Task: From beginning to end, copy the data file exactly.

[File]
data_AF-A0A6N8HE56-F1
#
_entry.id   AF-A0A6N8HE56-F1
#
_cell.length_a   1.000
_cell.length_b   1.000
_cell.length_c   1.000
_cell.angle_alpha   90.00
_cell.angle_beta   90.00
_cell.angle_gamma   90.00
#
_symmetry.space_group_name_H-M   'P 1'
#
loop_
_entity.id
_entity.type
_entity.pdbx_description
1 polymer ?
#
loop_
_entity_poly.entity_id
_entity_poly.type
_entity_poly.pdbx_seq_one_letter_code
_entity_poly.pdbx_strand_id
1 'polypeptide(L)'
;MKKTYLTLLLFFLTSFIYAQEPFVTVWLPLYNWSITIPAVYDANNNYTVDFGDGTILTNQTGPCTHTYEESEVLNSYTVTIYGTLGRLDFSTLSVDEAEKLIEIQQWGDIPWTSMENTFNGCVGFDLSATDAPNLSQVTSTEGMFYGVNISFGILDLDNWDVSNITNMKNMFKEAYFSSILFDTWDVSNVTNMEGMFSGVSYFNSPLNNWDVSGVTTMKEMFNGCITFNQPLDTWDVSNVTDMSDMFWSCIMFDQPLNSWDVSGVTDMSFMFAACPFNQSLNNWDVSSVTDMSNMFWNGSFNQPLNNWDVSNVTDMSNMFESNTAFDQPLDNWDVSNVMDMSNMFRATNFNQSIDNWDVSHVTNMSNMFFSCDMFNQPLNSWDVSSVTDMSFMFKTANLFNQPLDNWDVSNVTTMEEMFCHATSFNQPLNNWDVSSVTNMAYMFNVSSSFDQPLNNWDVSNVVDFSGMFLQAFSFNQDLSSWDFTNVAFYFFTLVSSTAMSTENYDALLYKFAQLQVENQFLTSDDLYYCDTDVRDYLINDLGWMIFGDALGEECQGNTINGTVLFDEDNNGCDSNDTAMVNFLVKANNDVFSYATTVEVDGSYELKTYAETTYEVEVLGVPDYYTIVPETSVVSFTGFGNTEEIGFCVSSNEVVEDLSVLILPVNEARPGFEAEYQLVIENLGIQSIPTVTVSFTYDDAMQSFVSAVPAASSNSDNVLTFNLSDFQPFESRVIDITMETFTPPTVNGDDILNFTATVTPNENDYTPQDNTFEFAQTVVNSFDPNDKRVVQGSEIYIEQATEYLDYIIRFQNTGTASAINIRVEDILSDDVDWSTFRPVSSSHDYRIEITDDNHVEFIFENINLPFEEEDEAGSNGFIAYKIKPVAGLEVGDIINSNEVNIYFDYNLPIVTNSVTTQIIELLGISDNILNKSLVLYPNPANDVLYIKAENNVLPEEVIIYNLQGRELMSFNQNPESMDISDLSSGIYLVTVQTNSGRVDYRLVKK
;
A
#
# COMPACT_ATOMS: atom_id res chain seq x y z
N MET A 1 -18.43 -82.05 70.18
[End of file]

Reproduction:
data_AF-A0A6N8HE56-F1
#
_entry.id   AF-A0A6N8HE56-F1
#
_cell.length_a   1.000
_cell.length_b   1.000
_cell.length_c   1.000
_cell.angle_alpha   90.00
_cell.angle_beta   90.00
_cell.angle_gamma   90.00
#
_symmetry.space_group_name_H-M   'P 1'
#
loop_
_entity.id
_entity.type
_entity.pdbx_description
1 polymer ?
#
loop_
_entity_poly.entity_id
_entity_poly.type
_entity_poly.pdbx_seq_one_letter_code
_entity_poly.pdbx_strand_id
1 'polypeptide(L)'
;MKKTYLTLLLFFLTSFIYAQEPFVTVWLPLYNWSITIPAVYDANNNYTVDFGDGTILTNQTGPCTHTYEESEVLNSYTVTIYGTLGRLDFSTLSVDEAEKLIEIQQWGDIPWTSMENTFNGCVGFDLSATDAPNLSQVTSTEGMFYGVNISFGILDLDNWDVSNITNMKNMFKEAYFSSILFDTWDVSNVTNMEGMFSGVSYFNSPLNNWDVSGVTTMKEMFNGCITFNQPLDTWDVSNVTDMSDMFWSCIMFDQPLNSWDVSGVTDMSFMFAACPFNQSLNNWDVSSVTDMSNMFWNGSFNQPLNNWDVSNVTDMSNMFESNTAFDQPLDNWDVSNVMDMSNMFRATNFNQSIDNWDVSHVTNMSNMFFSCDMFNQPLNSWDVSSVTDMSFMFKTANLFNQPLDNWDVSNVTTMEEMFCHATSFNQPLNNWDVSSVTNMAYMFNVSSSFDQPLNNWDVSNVVDFSGMFLQAFSFNQDLSSWDFTNVAFYFFTLVSSTAMSTENYDALLYKFAQLQVENQFLTSDDLYYCDTDVRDYLINDLGWMIFGDALGEECQGNTINGTVLFDEDNNGCDSNDTAMVNFLVKANNDVFSYATTVEVDGSYELKTYAETTYEVEVLGVPDYYTIVPETSVVSFTGFGNTEEIGFCVSSNEVVEDLSVLILPVNEARPGFEAEYQLVIENLGIQSIPTVTVSFTYDDAMQSFVSAVPAASSNSDNVLTFNLSDFQPFESRVIDITMETFTPPTVNGDDILNFTATVTPNENDYTPQDNTFEFAQTVVNSFDPNDKRVVQGSEIYIEQATEYLDYIIRFQNTGTASAINIRVEDILSDDVDWSTFRPVSSSHDYRIEITDDNHVEFIFENINLPFEEEDEAGSNGFIAYKIKPVAGLEVGDIINSNEVNIYFDYNLPIVTNSVTTQIIELLGISDNILNKSLVLYPNPANDVLYIKAENNVLPEEVIIYNLQGRELMSFNQNPESMDISDLSSGIYLVTVQTNSGRVDYRLVKK
;
A
#
# COMPACT_ATOMS: atom_id res chain seq x y z
N MET A 1 -18.43 -82.05 70.18